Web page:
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The math has been clear for so long, and been presented by so many writers, that this topic is essentially beating a dead horse. Late in games, it has always made sense for a team, after scoring a touchdown to cut a lead from 14 to 8 points, should go for two. The trailing team gets two bites at the apple: if it converts, a touchdown now wins the game. If the team fails, they get a second chance to erase that mistake. Only if the odds of missing *both* attempts were higher than the odds of making the first attempt would this strategy fail to make sense.

Yet it never happens. In fact, Brian Billick with the 2001 Ravens was the last coach to go for 2 late in a game after scoring a touchdown to cut the lead to 8 points.

More astonishingly, just once since the 2-point conversion rule was introduced in 1994, has a team ever been trailing by 14 points, scored a touchdown, and then converted a 2-point attempt. Once! And it came by none other than Bill Belichick as coach of the 1994 Cleveland Browns.

Trailing 20-6 in the 4th quarter against the Denver Broncos, the Browns were in a tough spot. Starting quarterback Vinny Testaverde was out with a concussion, leaving Mark Rypien as the team’s hope for a comeback. After a Cleveland touchdown early in the fourth, Rypien hit Derrick Alexander to cut the lead to 20-14. [click to continue…]

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New York Times, Post Week-10 (2015): Rob Ryan

 

Also at the New York Times today: newly-fired Saints defensive coordinator Rob Ryan is not very good.

This is Ryan’s 12th season in the N.F.L., and he has consistently fielded below-average defenses. Among the 18 coaches who have been defensive coordinators for at least ten seasons since 1990, Ryan’s defenses have allowed more points per game and more yards per game to opponents than any other:

You can view the full table here.

 

 

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Week Four (2015) Fourth Down Decisions In Review

Boldest Coach of the Week:

Mike Zimmer coached the Vikings in week 4 the way every underdog should: he gave his team the best chance to pull the upset.  Playing in Denver, Zimmer chose to go for it on 4th-and-1 from the Vikings own 44-yard line on 4th and 1 in the first quarter.  Then, in the 4th quarter, Zimmer went for it on 4th down at the Denver 48-yard line.  Trailing by 10 with 10 minutes to go is a pretty obvious situation to go for it on 4th-and-1, but it’s one not all coaches recognize.  His aggressiveness was rewarded, as Adrian Peterson burst through the line for a 48-yard touchdown. [click to continue…]

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Data Dump: Quarterback/Coach Pairs

Reading 538’s NFC East preview got me thinking about head coach and quarterback pairs. The Giants are currently enjoying a very long stretch of quarterback/coach consistency, but New York’s franchise history is filled with that sort of commitment. Washington, meanwhile, has not had one quarterback/coach combination reach five years together in 30 seasons!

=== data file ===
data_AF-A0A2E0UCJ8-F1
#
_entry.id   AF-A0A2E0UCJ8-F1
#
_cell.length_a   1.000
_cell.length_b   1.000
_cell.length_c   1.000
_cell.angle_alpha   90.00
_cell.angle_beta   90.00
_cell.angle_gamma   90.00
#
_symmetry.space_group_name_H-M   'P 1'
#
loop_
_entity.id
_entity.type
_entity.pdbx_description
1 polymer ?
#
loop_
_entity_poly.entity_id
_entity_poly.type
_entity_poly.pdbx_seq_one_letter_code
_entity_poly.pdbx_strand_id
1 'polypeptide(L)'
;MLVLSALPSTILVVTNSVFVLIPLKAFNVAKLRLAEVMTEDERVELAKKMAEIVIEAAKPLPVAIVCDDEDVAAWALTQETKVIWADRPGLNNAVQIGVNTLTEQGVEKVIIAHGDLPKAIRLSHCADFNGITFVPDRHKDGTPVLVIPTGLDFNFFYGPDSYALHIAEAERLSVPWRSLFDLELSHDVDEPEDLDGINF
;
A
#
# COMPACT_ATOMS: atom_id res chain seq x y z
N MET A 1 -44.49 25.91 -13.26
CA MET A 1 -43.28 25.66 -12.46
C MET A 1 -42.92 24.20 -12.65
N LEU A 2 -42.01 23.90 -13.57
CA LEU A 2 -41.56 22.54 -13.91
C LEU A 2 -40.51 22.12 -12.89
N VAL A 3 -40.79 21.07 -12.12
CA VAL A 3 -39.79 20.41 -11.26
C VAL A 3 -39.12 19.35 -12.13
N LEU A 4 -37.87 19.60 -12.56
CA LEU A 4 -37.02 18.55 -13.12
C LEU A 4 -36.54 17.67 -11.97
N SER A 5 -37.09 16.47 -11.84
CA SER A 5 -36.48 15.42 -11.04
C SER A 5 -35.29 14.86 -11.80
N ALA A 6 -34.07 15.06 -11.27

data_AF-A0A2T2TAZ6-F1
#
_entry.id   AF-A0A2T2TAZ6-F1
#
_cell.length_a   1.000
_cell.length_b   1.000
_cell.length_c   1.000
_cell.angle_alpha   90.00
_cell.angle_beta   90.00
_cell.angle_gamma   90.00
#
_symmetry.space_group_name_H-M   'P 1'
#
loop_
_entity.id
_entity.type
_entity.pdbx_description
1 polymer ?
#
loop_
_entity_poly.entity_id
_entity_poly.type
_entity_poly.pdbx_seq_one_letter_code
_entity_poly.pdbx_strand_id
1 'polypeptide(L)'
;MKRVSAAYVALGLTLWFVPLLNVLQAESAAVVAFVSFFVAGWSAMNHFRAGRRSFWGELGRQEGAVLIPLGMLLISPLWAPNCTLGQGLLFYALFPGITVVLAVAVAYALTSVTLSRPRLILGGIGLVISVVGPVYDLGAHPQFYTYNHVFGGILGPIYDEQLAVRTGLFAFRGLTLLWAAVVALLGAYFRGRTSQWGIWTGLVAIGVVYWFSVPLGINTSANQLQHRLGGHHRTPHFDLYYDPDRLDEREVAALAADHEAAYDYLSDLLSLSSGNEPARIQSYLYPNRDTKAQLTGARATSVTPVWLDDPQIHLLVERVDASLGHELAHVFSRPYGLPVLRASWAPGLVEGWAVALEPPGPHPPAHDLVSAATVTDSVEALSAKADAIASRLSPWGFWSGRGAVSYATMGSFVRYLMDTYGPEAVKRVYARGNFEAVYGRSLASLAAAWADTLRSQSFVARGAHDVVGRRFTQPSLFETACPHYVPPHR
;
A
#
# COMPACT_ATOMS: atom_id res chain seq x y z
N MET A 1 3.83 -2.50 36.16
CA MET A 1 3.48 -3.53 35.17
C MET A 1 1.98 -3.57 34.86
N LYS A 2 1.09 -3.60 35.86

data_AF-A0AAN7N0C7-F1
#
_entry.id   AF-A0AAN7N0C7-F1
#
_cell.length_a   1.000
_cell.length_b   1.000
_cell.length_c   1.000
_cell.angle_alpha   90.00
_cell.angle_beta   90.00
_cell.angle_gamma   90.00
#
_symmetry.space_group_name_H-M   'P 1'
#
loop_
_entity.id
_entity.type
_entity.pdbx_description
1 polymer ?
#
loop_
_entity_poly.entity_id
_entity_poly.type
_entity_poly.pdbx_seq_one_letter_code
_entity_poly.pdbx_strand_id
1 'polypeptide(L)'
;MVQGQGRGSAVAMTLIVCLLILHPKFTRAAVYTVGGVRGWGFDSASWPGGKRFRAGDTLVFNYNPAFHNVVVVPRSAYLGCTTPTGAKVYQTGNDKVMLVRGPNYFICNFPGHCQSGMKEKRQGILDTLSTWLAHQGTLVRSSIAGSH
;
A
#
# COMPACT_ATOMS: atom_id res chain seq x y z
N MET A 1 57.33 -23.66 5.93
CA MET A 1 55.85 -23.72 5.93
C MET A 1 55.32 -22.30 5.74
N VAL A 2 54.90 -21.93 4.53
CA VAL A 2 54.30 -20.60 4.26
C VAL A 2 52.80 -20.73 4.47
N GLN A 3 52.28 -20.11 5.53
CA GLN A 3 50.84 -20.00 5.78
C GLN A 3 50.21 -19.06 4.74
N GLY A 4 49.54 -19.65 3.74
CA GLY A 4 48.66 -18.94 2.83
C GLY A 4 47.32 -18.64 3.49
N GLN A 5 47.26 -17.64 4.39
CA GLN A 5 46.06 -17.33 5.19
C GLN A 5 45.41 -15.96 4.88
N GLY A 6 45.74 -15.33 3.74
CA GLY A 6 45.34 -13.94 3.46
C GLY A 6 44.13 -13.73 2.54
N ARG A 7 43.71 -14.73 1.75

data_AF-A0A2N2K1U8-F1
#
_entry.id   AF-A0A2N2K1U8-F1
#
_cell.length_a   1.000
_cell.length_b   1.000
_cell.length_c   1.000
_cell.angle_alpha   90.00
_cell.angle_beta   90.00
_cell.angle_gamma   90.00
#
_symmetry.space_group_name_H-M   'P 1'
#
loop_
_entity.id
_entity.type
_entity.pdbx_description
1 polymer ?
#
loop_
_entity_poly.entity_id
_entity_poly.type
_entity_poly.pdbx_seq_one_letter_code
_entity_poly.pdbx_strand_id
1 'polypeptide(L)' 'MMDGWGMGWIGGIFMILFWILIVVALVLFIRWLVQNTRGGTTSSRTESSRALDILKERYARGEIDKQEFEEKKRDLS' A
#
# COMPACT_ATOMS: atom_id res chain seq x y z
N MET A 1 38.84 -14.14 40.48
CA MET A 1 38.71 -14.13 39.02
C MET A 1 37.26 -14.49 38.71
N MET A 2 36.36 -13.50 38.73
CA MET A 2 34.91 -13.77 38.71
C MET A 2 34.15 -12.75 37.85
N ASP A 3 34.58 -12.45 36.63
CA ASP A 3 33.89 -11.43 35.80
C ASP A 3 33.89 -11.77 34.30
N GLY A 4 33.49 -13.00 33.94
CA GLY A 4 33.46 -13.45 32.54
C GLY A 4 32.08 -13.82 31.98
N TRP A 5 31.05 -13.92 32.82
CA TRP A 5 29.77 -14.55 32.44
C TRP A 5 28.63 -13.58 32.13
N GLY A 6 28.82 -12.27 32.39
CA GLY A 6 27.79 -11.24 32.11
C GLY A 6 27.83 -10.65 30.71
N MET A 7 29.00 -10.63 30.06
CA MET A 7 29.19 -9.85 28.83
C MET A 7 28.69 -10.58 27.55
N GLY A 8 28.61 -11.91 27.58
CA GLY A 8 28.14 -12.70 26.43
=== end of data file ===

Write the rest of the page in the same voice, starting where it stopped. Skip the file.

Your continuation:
So today, a quick data dump. Below are all instances where one coach and one quarterback were together for at least five seasons for each franchise. A quarterback gets credit for a season if he led his team in passing yards that year. For each team, I’ve listed the number of years the coach/quarterback were together in parentheses. [click to continue…]

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Bill Cowher And Coaches Retiring Early

It’s been nearly a decade since Bill Cowher stopped coaching, but that hasn’t done much to keep his name out of the rumor mill every December and January. After all, Cowher was both very successful and very young when he retired, and NFL folks believe those dots can be connected to mean he won’t stay retired forever.

That made me wonder: how much of an outlier is Cowher with respect to his age and how successful he was? In particular, Cowher was successful at the end of his stint, which differentiates him from someone like Jon Gruden. Defining “success” is challenging when it comes to coaches, but I want to just generate a set of comparable modern coaches and see how they fared at the ends of their careers and when they retired. I don’t need a particularly precise coaching formula, just something that gets the job done.

As it turns out, six years ago, I created a rudimentary formula to rank head coaching records. Let’s use Cowher’s last three years as an example. This formula gives credit for wins above losses, so Cowher gets a 0 for his work in 2006, his final year, when Pittsburgh went 8-8. The prior year, the Steelers went 11-5, so that’s +6, but I also gave a 12-point bonus for winning the Super Bowl, so he gets a +18 for that season. And in ’04, Pittsburgh went 15-1, so that’s +14. Add it up, and Cowher has a +32 score over his last 3 years. And he was just 49 years old during his final season. [click to continue…]

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There are three head coaches who have won playoff games with five different quarterbacks. Can you name them?

Trivia hint 1 Show


Trivia hint 2 Show